Still unclear if requests will be on Nov. 4 ballot
The District 197 School Board is still unsure if it will put another referendum on the ballot in November, after the majority of voters rejected levy and bond requests in a special election this month.
Although district leaders anticipated an easy win May 6, the two-part referendum aimed at increasing technology funding and upgrading facilities and security measures at West St. Paul-Mendota Heights-Eagan Area Schools failed.
Gertens on Tuesday shared this photo of a black bear roaming near the company’s Upper 55th Street East gate that morning in Inver Grove Heights.
Residents reported seeing a black bear bundling around Inver Grove Heights last week — and the burly beast seems to have an affinity for alliteration.
By Tuesday, April 6, the Inver Grove Heights Police Department had heard of multiple sightings of a black bear at the 6200 block of Blaine Avenue, the 6000 block of Bowman Avenue and the 5800 block of Blackberry Bridge Path (No kidding on that last one).
District 197 Superintendent Nancy Allen-Mastro presented information April 22 on why the schools were asking for additional funding, a request voters rejected May 6. The school board voted unanimously in February to put the two questions on the ballot in a special election. (Kaitlyn Roby/Review)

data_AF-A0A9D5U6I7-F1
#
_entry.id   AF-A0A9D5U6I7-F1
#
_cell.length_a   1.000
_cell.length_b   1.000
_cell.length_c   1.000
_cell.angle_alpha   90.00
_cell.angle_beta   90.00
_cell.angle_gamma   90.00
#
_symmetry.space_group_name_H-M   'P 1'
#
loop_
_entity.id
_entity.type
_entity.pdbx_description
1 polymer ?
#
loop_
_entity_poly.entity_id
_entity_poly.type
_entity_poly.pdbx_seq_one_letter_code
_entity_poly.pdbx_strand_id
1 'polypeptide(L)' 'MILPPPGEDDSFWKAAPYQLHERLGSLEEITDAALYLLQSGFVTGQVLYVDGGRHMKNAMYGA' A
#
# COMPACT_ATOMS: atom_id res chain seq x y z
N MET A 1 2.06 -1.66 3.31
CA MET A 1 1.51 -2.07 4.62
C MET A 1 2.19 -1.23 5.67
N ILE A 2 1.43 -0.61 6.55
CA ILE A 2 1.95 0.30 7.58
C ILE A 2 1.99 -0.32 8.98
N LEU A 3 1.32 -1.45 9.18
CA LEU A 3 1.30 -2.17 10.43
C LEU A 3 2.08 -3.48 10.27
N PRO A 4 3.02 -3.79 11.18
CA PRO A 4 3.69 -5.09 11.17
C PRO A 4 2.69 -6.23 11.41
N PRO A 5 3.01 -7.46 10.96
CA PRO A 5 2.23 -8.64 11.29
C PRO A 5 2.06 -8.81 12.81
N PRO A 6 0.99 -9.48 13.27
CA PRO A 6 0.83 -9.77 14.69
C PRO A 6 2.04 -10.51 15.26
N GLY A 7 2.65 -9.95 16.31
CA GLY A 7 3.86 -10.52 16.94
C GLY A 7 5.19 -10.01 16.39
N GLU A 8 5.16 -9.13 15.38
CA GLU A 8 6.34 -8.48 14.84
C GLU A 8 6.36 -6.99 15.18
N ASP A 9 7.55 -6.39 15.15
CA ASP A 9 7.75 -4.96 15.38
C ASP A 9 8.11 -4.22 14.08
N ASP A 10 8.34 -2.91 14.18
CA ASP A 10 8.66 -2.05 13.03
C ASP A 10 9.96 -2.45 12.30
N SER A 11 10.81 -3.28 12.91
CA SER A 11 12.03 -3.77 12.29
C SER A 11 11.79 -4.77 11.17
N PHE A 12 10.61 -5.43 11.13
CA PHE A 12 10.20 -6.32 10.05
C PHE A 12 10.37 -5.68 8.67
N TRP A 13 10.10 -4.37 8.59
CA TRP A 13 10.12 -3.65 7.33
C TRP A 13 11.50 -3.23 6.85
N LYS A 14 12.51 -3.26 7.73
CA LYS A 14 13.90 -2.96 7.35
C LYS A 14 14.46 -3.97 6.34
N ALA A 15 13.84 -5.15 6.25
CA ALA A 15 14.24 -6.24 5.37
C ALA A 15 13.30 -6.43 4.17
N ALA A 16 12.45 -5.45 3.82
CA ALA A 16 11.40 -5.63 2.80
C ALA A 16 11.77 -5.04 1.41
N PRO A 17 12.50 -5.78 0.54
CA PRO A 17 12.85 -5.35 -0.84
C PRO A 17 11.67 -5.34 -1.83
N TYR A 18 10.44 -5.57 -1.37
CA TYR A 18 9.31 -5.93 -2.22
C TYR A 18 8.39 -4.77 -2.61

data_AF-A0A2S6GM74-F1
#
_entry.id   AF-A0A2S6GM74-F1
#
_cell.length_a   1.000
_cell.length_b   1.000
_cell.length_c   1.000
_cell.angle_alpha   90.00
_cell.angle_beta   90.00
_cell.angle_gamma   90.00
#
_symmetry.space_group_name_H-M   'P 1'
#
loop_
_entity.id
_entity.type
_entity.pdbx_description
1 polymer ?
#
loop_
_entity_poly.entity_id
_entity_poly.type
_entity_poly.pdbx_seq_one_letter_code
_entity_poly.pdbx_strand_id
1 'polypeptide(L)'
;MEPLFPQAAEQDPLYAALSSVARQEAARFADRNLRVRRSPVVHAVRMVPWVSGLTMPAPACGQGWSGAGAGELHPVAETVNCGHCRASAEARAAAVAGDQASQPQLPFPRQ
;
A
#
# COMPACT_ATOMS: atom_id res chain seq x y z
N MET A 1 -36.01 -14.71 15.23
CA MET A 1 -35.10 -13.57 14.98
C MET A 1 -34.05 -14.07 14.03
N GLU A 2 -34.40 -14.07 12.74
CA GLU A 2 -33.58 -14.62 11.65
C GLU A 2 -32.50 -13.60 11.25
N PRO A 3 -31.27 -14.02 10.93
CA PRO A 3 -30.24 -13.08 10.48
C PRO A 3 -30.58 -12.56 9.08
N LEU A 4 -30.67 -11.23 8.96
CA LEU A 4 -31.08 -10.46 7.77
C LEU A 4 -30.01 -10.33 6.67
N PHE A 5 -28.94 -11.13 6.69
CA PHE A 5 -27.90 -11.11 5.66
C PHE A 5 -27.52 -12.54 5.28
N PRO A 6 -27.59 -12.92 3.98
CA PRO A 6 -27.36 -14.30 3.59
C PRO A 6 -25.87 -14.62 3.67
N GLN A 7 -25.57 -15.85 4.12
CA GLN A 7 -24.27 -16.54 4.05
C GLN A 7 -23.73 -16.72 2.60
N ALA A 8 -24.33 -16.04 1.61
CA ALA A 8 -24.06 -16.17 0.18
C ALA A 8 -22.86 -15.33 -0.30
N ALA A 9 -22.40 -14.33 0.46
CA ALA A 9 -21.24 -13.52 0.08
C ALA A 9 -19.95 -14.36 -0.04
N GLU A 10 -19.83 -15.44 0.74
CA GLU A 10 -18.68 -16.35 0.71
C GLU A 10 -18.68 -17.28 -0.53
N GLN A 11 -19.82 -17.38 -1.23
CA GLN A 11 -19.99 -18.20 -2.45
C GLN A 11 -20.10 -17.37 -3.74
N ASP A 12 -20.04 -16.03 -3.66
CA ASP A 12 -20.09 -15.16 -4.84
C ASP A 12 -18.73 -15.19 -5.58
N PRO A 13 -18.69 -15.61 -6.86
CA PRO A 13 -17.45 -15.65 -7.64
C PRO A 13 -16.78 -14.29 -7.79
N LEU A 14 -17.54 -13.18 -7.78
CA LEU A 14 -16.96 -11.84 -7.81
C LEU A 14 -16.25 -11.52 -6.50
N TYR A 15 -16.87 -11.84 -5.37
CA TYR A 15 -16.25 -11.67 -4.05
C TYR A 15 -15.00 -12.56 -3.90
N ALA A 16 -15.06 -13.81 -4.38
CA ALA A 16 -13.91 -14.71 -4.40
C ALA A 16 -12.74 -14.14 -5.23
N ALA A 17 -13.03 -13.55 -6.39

District 197 voters recently struck down a two-part referendum aimed at increasing technology funding and upgrading facilities at West St. Paul-Mendota Heights-Eagan Area Schools.
The two questions that failed on the May 6 ballot asked voters to:
District 197 Superintendent Nancy Allen-Mastro presents information on why the schools are asking for a renewal and increase in its technology levy and a $11.4 million building levy to upgrade facilities. The school board voted unanimously in February to put the two questions on the ballot in a special election, which is May 6. (Kaitlyn Roby/Review)
Levy, bond would increase student access to technology, upgrade facilities
Third-graders assembled Legos last week at Henry Sibley High School in Mendota Heights, building a robot they can then program on a computer to perform certain tasks.
“They live in a digital world,” said Shannon Lawson, a teacher at Somerset Elementary. “If we don’t meet that at school, they won’t want to be there.”